Seth Curry had spent two nondescript seasons in the NBA before he signed with Sacramento in 2015.
He played just four games those first two seasons — on call-up from the G League where he spent most of his time and on a 10-day contract.
It wasn’t until the final month of the 2015-16 that Curry began to see consistent minutes with the Kings, and he produced. It's also when it started to become apparent that Curry had a future in the NBA.
He had four 20-point performances, shot 31-for-64 (48.4%) on 3-pointers and averaged 15.2 points in 11 games.
"I always believed I was good enough," said Curry, the younger brother of Golden State’s Steph Curry. "It was just a matter of getting an opportunity and making the most out of it. I knew the confidence I had in myself and just maximizing what I do best and getting an opportunity to show at an NBA level and being consistent with it. That’s pretty much it."
As usual, there’s a Curry starring in the NBA playoffs, it’s just not the one you’re used to seeing. Without Curry, the Sixers might not be playing in a Game 7 on Sunday with a chance to reach the Eastern Conference finals.
In a must-win Game 6 on the road, Curry had 24 points on 8-for-14 shooting, including 6-for-9 on 3-pointers.
"I’ve just been working hard, preparing and getting a great opportunity. So I’m going to be aggressive out there," Curry said. "It’s a great opportunity to make plays and just provide this team with a lot of different stuff offensively and defensively. I’m just trying to kind of accept the challenge of playing against a great team. It’s a lot of fun."
He averages 19.1 points on 57.5% shooting (50% on 3s) and has scored at least 20 points (at least 30 twice) in five of Philadelphia past eight games, and against the Hawks, he is the Sixers’ second-leading scorer at 21.8 points per game with a scorching 59.6% on 3-pointers.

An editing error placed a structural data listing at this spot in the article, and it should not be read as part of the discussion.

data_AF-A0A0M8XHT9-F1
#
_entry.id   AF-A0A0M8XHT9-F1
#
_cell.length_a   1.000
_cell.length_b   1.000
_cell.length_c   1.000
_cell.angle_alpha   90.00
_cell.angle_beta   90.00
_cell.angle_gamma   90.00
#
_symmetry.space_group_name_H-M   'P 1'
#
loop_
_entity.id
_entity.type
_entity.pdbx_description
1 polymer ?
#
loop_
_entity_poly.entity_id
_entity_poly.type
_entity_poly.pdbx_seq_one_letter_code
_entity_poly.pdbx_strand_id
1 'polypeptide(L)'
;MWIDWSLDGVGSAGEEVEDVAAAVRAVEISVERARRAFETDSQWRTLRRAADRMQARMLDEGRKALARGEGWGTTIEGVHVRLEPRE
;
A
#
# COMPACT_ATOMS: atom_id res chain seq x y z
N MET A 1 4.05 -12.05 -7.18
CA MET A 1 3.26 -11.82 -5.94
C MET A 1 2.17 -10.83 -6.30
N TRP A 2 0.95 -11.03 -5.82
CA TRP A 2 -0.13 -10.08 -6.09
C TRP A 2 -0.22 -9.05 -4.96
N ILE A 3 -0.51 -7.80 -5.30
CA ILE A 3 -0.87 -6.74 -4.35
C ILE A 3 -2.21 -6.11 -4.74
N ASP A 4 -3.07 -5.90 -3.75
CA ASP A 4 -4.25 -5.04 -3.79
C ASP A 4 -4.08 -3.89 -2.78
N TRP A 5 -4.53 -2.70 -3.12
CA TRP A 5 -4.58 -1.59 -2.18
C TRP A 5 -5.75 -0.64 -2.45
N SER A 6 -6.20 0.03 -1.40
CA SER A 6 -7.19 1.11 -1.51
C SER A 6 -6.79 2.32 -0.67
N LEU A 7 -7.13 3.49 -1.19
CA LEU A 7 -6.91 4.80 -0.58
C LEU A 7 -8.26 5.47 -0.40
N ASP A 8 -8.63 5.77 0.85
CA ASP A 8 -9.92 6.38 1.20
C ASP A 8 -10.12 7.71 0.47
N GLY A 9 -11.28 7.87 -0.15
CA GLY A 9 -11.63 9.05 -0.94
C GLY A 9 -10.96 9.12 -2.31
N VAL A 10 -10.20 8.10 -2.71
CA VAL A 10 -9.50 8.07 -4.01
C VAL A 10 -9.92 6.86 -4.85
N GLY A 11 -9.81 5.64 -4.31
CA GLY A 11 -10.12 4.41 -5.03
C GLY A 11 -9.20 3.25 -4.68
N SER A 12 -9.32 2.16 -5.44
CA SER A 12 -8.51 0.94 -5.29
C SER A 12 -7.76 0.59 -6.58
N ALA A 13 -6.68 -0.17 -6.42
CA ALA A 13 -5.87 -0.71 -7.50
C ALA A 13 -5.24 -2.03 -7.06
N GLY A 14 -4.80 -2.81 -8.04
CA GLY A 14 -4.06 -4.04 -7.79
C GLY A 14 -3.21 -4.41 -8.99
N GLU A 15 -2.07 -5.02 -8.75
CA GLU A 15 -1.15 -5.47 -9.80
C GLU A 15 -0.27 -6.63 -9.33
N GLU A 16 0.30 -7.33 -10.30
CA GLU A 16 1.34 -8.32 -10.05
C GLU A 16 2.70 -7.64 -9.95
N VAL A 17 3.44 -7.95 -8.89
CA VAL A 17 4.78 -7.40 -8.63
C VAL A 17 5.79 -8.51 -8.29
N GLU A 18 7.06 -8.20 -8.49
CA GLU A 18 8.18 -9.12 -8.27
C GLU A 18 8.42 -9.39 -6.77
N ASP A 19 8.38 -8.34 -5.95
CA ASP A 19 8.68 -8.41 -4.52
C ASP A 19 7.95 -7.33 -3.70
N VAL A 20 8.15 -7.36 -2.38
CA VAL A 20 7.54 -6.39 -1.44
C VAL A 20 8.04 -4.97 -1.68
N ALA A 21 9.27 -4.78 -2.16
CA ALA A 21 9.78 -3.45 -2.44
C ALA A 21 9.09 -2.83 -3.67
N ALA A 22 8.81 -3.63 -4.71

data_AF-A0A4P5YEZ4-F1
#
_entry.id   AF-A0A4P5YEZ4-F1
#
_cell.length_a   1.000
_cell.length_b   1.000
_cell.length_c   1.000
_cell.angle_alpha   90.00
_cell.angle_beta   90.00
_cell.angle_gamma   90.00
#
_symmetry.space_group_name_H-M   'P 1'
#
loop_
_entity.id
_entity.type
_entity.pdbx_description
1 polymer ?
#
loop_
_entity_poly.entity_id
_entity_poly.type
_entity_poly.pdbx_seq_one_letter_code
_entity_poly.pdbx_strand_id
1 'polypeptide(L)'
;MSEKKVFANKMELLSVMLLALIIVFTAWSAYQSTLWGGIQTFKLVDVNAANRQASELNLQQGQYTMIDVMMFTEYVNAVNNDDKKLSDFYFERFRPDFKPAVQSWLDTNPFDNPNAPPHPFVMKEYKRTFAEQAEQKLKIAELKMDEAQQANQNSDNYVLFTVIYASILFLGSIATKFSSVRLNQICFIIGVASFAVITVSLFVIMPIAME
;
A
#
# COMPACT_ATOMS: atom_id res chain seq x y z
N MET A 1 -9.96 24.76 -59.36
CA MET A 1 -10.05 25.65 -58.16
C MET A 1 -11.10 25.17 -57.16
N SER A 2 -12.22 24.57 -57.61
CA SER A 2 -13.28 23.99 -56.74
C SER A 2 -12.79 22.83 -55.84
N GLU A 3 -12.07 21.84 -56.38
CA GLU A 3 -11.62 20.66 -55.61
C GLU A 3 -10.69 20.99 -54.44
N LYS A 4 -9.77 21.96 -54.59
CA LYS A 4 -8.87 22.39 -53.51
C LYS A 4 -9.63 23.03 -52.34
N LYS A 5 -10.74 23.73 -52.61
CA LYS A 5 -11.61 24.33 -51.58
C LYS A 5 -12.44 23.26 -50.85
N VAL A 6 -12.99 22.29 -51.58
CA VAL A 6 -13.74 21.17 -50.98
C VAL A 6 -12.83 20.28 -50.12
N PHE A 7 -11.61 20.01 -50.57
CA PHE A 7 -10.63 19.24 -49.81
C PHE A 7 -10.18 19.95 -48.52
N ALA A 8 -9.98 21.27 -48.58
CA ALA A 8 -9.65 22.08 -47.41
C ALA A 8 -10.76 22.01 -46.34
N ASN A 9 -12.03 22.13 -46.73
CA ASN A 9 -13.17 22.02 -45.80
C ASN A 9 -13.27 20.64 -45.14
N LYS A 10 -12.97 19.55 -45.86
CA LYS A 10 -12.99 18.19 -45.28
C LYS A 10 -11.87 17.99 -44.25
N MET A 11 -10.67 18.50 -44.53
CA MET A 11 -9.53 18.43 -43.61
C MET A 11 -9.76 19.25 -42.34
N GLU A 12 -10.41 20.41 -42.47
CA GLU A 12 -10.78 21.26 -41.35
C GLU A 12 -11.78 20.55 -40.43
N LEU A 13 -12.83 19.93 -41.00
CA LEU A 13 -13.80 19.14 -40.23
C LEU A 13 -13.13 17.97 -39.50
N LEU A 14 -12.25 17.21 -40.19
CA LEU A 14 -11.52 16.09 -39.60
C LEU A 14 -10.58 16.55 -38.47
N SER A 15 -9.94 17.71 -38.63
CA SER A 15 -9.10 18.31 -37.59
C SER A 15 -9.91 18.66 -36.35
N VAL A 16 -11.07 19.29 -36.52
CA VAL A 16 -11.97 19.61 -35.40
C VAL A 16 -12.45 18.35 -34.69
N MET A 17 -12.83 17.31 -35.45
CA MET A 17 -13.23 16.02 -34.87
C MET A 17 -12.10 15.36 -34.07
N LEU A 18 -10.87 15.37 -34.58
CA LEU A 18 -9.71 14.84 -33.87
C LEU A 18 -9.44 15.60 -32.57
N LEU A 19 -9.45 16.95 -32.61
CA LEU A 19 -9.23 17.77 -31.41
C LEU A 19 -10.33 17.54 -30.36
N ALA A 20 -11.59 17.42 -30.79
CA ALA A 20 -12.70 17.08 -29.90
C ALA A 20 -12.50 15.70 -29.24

"I’m just locked in on what I’ve got to do every night on the floor," Curry said. "No different than what I did in the playoffs last year. Focus on every single day and how I can get better at practice that day. Got to do that at night to win the game. End of the season, I’ll look back on everything. Right now, I’m just locked in on the process."
This isn’t a fluke stretch. Curry is the NBA’s active leader in 3-point shooting percentage and is second all-time behind Warriors coach Steve Kerr and five spots ahead of Steph.
For a while, Seth wasn’t even in the shadow of Steph. Now, he has emerged as a legit shooting guard who doesn’t need to play in the shadow of anyone.
He has impressed Sixers coach Doc Rivers, who is also Curry’s father-in-law.
"When you’re on the floor, it’s no lovey dovey or anything like that," said Rivers, whose daughter Callie is married to Seth.
Curry has been building toward this moment. Last season with Dallas, he was 10-for-21 on 3s against the Clippers, then coached by Rivers.
"What I’ve seen in the last couple of years is how good he is with the ball," Rivers said. "They did a little bit of it in Dallas. When they put him in pick-and-rolls, I thought he was really good. They didn’t do it a lot. But coming here, that’s where his game has expanded the most. People already knew he could shoot the ball. But what (they) didn’t know was how well of a playmaker he’d be. He’s been that for us."
As part of the greatest shooting family in NBA history — dad Dell knocked down 3s in his 15-year NBA career — Seth listens to his coaches and two family members.
"They watch the game — they’ve got some input here and there or if they’re at the crib and watching the game, we’ll talk about different stuff that we see and take it from there," Curry said. "It’s pretty much the same it’s been my whole life. We talk basketball, and we try to help each other get better and just being around each other."
This article originally appeared on USA TODAY: NBA playoffs: 76ers' Seth Curry emerging out of brother Steph's shadow